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8 reviews, 34 user ratings

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Very Long Engagement, A
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by Robert Flaxman

"Perhaps very long, but not engaging enough."
3 stars

Films usually benefit from being focused, but Jean-Pierre Jeunet’s 2001 film Amélie succeeded largely because of its sprawling nature. Taking on what might normally be considered too many characters and providing details for pretty much all of them, the film was a triumph of sweetness and charm because of its expanded world, not in spite of it. Sadly, Jeunet’s latest, A Very Long Engagement, attempts a similar style but fails where its predecessor succeeded - the overabundance of characters and endless details make the film something of a mess, despite its numerous virtues.

Again writing with Amélie collaborator Guillaume Laurant, Jeunet adapts a Sébastian Japrisot novel about the search by Mathilde (Audrey Tautou) for her fiancé, who may or may not have been killed during World War One. While evidence suggests that he was, Mathilde has always stubbornly refused to believe it - now, three years after his supposed death, she begins a quest to find out what really happened to him.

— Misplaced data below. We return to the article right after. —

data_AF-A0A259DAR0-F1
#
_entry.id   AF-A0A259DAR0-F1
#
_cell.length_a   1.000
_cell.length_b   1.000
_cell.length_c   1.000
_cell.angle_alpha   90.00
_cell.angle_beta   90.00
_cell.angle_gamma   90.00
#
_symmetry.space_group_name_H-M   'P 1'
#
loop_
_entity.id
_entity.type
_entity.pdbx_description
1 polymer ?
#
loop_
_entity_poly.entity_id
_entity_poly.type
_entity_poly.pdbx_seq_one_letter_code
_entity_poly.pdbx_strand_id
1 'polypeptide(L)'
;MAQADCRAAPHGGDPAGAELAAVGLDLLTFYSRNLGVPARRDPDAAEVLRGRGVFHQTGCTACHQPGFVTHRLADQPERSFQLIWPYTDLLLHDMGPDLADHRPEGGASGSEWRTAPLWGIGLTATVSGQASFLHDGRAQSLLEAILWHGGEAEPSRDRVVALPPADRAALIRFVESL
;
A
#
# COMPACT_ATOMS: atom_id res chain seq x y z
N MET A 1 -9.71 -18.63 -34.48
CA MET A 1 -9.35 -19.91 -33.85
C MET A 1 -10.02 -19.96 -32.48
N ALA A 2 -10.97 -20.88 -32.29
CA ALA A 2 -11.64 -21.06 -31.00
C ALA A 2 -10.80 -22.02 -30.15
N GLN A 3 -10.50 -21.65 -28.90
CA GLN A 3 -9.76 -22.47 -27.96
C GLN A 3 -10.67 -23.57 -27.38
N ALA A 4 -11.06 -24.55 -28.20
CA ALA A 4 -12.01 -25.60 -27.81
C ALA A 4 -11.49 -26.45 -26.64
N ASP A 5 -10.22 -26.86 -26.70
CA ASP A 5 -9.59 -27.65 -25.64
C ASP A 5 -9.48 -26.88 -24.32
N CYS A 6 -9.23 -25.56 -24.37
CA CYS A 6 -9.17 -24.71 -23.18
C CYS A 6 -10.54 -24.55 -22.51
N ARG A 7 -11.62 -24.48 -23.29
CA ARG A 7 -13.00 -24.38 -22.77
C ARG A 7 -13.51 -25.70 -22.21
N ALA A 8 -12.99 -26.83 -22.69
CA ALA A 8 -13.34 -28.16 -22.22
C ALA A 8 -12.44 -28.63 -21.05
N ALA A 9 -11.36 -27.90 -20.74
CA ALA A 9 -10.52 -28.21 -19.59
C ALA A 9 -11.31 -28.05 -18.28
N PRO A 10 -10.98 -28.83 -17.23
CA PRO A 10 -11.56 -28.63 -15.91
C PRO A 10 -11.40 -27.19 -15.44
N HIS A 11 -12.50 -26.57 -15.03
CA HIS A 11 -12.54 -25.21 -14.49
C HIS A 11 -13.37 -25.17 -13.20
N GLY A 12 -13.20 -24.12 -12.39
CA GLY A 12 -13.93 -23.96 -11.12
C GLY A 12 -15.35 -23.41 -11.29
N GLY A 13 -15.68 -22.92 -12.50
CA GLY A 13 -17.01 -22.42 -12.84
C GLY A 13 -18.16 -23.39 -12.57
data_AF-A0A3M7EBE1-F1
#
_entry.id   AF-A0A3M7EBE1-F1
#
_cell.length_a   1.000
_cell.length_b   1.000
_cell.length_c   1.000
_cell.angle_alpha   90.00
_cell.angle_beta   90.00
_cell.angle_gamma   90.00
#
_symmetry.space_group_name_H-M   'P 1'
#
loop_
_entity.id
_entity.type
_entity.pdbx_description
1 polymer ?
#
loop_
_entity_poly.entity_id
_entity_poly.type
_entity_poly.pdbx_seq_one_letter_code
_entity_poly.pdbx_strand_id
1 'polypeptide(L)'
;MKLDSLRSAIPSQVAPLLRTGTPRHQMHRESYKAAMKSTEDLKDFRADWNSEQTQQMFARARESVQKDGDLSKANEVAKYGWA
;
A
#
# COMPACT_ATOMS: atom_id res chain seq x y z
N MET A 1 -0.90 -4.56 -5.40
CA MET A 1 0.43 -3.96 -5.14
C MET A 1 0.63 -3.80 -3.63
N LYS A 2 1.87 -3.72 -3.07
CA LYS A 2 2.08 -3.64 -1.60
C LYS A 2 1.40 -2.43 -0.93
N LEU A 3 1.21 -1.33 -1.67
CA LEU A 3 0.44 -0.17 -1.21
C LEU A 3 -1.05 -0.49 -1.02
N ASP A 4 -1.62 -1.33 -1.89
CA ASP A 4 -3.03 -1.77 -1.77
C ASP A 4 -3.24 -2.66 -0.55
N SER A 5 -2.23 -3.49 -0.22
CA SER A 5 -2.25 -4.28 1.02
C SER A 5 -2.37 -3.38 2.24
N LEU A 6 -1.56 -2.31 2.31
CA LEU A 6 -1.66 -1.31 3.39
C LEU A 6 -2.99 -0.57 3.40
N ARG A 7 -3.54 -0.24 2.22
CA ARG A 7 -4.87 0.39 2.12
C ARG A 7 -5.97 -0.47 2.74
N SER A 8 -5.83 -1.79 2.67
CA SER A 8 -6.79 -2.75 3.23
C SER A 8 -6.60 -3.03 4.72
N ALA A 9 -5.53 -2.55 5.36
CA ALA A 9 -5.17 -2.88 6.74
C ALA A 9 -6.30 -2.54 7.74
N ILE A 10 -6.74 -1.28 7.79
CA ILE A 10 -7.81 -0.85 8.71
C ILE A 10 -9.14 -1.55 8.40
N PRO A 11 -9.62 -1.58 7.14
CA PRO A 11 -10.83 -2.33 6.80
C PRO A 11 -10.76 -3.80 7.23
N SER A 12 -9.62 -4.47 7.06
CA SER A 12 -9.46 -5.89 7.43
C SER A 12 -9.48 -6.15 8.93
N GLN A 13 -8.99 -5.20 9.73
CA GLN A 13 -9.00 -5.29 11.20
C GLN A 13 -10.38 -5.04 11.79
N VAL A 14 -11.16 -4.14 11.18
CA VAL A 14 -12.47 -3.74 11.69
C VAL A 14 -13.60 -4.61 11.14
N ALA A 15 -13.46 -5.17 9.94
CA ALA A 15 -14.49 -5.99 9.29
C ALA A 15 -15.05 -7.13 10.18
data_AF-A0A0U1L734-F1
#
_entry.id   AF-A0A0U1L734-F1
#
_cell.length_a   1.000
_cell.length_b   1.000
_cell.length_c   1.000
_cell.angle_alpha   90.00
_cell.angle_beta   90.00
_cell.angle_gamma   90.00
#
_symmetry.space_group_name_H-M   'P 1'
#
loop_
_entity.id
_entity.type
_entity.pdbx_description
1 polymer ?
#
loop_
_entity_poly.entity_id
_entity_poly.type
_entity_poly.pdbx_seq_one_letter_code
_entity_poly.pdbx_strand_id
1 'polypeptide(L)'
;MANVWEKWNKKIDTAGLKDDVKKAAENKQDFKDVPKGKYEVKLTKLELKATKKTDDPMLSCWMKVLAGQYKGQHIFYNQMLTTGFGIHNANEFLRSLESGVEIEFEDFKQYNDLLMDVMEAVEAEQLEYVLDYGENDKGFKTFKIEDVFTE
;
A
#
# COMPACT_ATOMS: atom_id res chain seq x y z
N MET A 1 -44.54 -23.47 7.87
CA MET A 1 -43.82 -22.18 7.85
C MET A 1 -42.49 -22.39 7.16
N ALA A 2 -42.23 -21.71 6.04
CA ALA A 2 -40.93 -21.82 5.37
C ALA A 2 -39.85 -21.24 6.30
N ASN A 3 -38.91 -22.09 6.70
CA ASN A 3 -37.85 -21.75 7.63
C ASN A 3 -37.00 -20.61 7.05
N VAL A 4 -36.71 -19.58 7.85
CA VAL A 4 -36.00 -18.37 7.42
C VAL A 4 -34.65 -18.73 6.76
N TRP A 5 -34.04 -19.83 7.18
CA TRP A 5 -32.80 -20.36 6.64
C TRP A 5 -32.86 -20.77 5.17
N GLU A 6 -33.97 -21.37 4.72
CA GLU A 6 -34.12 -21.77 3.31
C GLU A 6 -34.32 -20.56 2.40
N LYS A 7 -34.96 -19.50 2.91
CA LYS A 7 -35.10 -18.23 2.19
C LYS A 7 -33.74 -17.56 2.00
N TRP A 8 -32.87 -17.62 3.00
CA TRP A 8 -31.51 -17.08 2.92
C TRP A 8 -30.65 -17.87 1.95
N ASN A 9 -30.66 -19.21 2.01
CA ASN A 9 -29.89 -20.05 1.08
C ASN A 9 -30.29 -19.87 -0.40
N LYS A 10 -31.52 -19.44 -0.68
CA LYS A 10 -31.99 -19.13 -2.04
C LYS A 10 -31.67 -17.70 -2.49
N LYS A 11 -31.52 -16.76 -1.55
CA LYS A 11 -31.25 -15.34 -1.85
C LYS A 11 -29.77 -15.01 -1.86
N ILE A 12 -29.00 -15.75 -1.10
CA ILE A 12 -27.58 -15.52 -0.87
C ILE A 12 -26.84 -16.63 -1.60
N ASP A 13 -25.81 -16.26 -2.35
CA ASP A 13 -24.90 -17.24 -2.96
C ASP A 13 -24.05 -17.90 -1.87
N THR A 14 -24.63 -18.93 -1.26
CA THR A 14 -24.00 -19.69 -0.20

Even without knowing how closely the film follows the novel, it can still be said that the film possesses the character of one that adapts its source material a bit too closely. Even with all the characters in Amélie, the film never became confusing, but A Very Long Engagement is downright baffling at times. Characters are seen both in a trench in 1917 and in 1920, and it becomes exceedingly difficult to tell every single one of them apart.